Mothers Day

Mother’s Day Reflections from Moms in our Community Living with Genetic Dyslipidemias

Mother’s Day is a beautiful day devoted to the mothers and mother-figures who give us life, nurture our growth, and love us unconditionally. It is filled with emotion and gratitude. When you live with a genetic condition like familial hypercholesterolemia (FH) or high lipoprotein(a), Lp(a), those emotions can also be complicated by concern and anxiety about the health of every member of the family. We asked two of our Family Heart Ambassadors to share their thoughts and feelings surrounding Mother’s Day.

Jenny W. Family Heart Ambassador
There are certain days and dates when you know your life will be forever changed.
My significant moments are probably similar to yours: The day my now-husband, Kyle, and I shared our first kiss. The day Kyle proposed. Our wedding day. The day I found out, after years of trying, that I was pregnant. The day our son, Sam, came into the world.
Then, there was the day my heart stopped, hours into a heart attack. I was 41; Sam was 21 months old.
I’d waited nearly 18 hours from when my heart attack symptoms first appeared to seek medical treatment. It was only at Kyle’s insistence that I even went to the hospital.
Several hours after I was admitted, I asked for something to help me sleep—and regained consciousness to the sensation of chest compressions being performed on me. My heart had stopped for five minutes.
I was rushed into surgery, where a stent was inserted via my wrist, opening up my left anterior descending artery, which had a 95% blockage.
Jenny W Family Heart AmbassadorIt took a few days for the shock to dissipate and the questions to start. Why had I had a heart attack? Apart from being overweight, my risk factors appeared minimal. I was a lifelong nonsmoker, a vegetarian since middle school, a relatively active person, an infrequent drinker—you get the idea.
After letting a few months pass—and allowing my body to adjust to its new normal—she suggested I have my blood drawn and tested.
It was through those tests that I learned I have elevated lipoprotein(a). And I learned that Lp(a) is genetic.
After that, I had Sam’s Lp(a) tested. Like me, he has good LDL and HDL numbers. Unfortunately, he also shares my elevated Lp(a), albeit at a lower level. So Kyle and I set up an annual appointment with a pediatric cardiologist to monitor and protect Sam’s heart health as much as possible.
In my worst, most fear-filled moments, I recorded myself singing bedtime lullabies to my son, sure that I wouldn’t be in Sam’s life long enough for him to develop lasting memories of my voice—of me.
I’m glad I was wrong.
As an older mom—and one with heart disease, to boot—I do my best to keep myself in good health, to control what I can, even if I can’t control my Lp(a). For me, that looks like biweekly workouts with a trainer. More time walking, rather than driving. Moving my body in a park, rather than keeping it parked in front of a TV. Seeking things that bring me joy and fulfillment rather than stress. Meditating as time allows.
And while none of these things reduce my Lp(a), they make me stronger. More energetic. More confident in my capacity to be present for my kid.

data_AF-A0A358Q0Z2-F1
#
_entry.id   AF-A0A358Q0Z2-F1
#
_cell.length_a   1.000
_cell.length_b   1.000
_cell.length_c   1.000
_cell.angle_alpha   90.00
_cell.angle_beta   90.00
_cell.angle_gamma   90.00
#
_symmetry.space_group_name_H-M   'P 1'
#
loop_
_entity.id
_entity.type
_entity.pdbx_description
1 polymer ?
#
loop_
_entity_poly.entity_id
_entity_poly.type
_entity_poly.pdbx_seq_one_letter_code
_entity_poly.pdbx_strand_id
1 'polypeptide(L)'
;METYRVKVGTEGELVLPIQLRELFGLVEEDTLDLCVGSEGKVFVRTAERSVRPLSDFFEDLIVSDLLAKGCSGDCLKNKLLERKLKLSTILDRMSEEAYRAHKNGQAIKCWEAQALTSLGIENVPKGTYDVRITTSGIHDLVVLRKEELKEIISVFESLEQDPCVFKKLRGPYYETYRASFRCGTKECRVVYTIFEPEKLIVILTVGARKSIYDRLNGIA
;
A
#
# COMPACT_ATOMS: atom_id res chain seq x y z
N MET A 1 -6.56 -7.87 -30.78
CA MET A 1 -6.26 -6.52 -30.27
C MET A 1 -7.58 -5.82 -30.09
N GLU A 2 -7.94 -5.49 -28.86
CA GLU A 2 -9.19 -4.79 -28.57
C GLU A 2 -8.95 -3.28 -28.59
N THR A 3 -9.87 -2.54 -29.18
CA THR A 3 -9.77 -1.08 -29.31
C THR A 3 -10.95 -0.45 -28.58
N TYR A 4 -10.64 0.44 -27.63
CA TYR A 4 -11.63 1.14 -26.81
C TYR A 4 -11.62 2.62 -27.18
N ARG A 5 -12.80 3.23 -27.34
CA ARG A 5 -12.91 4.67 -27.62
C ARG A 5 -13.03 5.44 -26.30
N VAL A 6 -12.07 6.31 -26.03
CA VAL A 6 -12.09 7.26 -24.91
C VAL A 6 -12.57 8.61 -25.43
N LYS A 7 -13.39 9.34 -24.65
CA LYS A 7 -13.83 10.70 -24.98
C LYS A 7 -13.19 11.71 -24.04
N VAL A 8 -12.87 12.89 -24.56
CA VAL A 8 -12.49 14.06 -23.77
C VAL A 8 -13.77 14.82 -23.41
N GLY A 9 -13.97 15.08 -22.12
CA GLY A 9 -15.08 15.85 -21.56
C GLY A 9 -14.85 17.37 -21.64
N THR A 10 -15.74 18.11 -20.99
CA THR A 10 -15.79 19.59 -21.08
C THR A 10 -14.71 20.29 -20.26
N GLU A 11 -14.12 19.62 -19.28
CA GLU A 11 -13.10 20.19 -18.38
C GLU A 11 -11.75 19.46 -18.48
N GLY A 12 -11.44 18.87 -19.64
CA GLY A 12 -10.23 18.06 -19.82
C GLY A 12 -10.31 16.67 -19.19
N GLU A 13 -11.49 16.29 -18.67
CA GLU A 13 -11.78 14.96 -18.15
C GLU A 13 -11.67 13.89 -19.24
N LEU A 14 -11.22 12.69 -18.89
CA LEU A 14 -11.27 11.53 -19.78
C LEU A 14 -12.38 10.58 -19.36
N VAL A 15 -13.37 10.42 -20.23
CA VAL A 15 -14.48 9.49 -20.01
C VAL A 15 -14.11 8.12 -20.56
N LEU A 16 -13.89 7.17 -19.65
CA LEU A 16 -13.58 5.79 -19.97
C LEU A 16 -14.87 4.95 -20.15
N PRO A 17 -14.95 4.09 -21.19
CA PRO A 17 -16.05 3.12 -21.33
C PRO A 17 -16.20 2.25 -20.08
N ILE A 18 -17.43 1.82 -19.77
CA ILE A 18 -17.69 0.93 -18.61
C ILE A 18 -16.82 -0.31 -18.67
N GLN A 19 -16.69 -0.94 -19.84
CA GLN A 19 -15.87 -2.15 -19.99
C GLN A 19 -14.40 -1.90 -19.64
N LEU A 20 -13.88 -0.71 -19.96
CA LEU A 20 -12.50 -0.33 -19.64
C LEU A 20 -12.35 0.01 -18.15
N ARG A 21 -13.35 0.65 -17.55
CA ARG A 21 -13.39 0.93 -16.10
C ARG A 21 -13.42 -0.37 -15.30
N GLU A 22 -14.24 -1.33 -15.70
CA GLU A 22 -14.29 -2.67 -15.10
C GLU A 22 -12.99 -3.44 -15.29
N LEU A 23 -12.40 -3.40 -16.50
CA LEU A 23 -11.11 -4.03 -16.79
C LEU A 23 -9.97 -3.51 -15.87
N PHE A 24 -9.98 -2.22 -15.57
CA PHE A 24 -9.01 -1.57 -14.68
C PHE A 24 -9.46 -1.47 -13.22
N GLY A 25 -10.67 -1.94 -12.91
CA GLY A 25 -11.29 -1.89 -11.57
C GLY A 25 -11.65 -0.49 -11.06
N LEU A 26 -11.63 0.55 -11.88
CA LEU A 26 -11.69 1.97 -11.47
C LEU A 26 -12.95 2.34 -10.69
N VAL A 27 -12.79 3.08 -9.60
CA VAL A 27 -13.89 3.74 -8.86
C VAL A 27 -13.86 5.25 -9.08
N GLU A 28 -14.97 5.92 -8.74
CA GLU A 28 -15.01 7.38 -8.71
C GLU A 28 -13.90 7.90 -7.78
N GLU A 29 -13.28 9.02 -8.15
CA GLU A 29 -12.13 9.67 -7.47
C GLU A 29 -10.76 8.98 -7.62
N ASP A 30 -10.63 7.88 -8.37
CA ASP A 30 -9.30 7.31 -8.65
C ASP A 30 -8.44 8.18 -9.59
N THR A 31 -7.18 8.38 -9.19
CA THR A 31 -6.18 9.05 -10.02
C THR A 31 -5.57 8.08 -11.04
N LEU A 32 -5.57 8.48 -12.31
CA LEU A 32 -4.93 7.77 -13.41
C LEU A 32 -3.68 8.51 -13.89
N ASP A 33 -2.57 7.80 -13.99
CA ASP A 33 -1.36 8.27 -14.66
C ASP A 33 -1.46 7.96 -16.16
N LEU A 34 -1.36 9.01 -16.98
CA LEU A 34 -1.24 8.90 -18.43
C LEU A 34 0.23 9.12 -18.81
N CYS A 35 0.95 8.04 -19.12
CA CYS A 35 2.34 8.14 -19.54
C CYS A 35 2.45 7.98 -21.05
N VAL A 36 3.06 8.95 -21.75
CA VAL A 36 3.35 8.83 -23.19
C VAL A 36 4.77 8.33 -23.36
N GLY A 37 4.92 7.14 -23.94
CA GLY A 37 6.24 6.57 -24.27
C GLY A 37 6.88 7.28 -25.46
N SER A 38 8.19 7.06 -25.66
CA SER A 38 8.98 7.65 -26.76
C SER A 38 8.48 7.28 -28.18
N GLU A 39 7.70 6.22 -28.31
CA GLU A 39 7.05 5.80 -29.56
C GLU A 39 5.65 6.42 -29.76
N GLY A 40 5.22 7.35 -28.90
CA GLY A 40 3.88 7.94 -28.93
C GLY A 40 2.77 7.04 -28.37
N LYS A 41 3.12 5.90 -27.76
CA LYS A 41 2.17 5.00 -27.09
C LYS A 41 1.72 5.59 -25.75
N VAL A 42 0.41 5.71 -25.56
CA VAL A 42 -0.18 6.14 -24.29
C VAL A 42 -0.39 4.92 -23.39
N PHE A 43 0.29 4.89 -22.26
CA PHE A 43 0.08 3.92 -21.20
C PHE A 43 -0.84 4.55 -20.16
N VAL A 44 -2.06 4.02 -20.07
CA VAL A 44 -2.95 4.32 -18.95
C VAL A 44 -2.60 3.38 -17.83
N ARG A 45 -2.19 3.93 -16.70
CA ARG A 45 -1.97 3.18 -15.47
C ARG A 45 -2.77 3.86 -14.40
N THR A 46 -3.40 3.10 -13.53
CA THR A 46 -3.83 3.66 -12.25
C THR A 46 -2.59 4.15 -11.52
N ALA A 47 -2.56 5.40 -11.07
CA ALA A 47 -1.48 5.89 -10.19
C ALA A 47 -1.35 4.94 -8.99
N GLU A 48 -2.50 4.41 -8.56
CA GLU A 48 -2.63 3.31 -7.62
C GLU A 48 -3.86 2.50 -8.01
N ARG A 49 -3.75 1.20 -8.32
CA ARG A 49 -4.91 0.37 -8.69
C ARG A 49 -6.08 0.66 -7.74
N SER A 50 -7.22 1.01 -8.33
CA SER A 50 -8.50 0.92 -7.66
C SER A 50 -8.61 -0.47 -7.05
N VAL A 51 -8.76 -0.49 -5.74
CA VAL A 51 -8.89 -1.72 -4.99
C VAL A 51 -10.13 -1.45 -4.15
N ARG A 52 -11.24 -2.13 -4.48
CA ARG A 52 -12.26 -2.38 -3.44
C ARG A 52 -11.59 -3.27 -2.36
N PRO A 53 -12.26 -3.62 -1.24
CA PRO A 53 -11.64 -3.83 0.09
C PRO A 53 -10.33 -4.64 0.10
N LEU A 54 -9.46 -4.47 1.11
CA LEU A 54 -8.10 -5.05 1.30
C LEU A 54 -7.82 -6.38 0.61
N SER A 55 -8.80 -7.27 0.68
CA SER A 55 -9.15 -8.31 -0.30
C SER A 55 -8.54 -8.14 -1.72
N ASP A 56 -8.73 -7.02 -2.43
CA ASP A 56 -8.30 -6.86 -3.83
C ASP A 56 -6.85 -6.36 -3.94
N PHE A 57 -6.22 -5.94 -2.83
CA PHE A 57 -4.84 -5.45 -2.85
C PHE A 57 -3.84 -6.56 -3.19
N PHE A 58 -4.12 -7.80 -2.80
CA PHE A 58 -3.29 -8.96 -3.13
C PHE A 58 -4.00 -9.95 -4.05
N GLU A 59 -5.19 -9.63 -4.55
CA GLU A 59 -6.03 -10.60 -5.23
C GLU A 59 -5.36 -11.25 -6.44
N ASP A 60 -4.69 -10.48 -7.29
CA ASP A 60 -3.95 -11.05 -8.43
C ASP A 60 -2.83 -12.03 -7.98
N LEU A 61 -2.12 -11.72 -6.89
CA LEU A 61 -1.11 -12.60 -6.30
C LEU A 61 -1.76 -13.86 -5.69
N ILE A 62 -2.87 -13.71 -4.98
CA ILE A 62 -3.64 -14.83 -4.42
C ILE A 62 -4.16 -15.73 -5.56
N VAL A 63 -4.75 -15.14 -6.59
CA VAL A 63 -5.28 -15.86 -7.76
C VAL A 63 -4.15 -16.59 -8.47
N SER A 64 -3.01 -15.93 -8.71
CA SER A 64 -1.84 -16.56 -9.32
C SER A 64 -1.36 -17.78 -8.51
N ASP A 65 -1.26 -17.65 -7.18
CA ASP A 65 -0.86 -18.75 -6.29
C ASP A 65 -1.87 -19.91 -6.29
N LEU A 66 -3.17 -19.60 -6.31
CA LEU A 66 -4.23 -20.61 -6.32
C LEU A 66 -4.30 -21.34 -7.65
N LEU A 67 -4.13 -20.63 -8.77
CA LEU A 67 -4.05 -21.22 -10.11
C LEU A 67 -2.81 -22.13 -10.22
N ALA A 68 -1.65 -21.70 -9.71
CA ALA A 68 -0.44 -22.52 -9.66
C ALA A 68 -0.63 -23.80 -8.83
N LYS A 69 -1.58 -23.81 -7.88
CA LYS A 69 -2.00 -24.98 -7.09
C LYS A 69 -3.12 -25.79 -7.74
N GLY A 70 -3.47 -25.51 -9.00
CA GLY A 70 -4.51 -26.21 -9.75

These days, Sam and I wrestle. We exchange jokes. I read him bedtime stories and sing him silly songs while he brushes his teeth. I walk him to his elementary school and cheer him on at T-ball games. He knows that I had a heart attack, but more than that, he knows of me as a mom who can carry him on her shoulders, who has the energy to play tag, and who will swing him around until we are both overcome with dizziness.
I have a vision for a future in which I see Sam grow up, grow terrible facial hair, and maybe even grow a family of his own. There are several clinical trials that show promise for the future of Lp(a) treatment. And in the meantime, I use my voice to educate people about Lp(a), and to encourage broader testing of the condition.


Written by Jenny W.
Family Heart Ambassador

As Mother’s Day rolls around, I often reflect on my role as a mother. Being a mother is the single most important thing I have done in my life. That being said, it’s important that I talk about what could have easily taken that from me.
I was diagnosed with FH and elevated elevated Lp(a), after my brother died at age 24. I was a senior in nursing school, trying to process my grief and understand what was happening. Living through the grief, it took me over three years to find someone that would diagnose and help treat these genetic conditions. It took so long for anyone to help me understand what was happening or how I could take control of my life and pursue my ultimate goal of being a mother.
When my daughter was born, the impact of my disease was much more apparent. I was no longer living for myself but for her. I also knew that the possibility of passing this gene on to her was real. Fortunately, the cardiologist who diagnosed me also encouraged me to get her tested early.
Realizing that I passed this gene on to my daughter was heartbreaking. However, I knew that I would give her all the opportunities to make sure she would remain as healthy as possible.
When I reflect back on the meaning of Mother’s Day, I am overwhelmed with emotions. Being a mom is the single best thing in my life. I am grateful to be here with my family, but also grateful that I can be an advocate for my community and allow others the same opportunity that I have had in my life.
In my work as a Family Heart Ambassador, I want to offer the same to anyone else that has been diagnosed with or living through the grief of losing someone to heart disease.


Written by Lisa R.
Family Heart Ambassador



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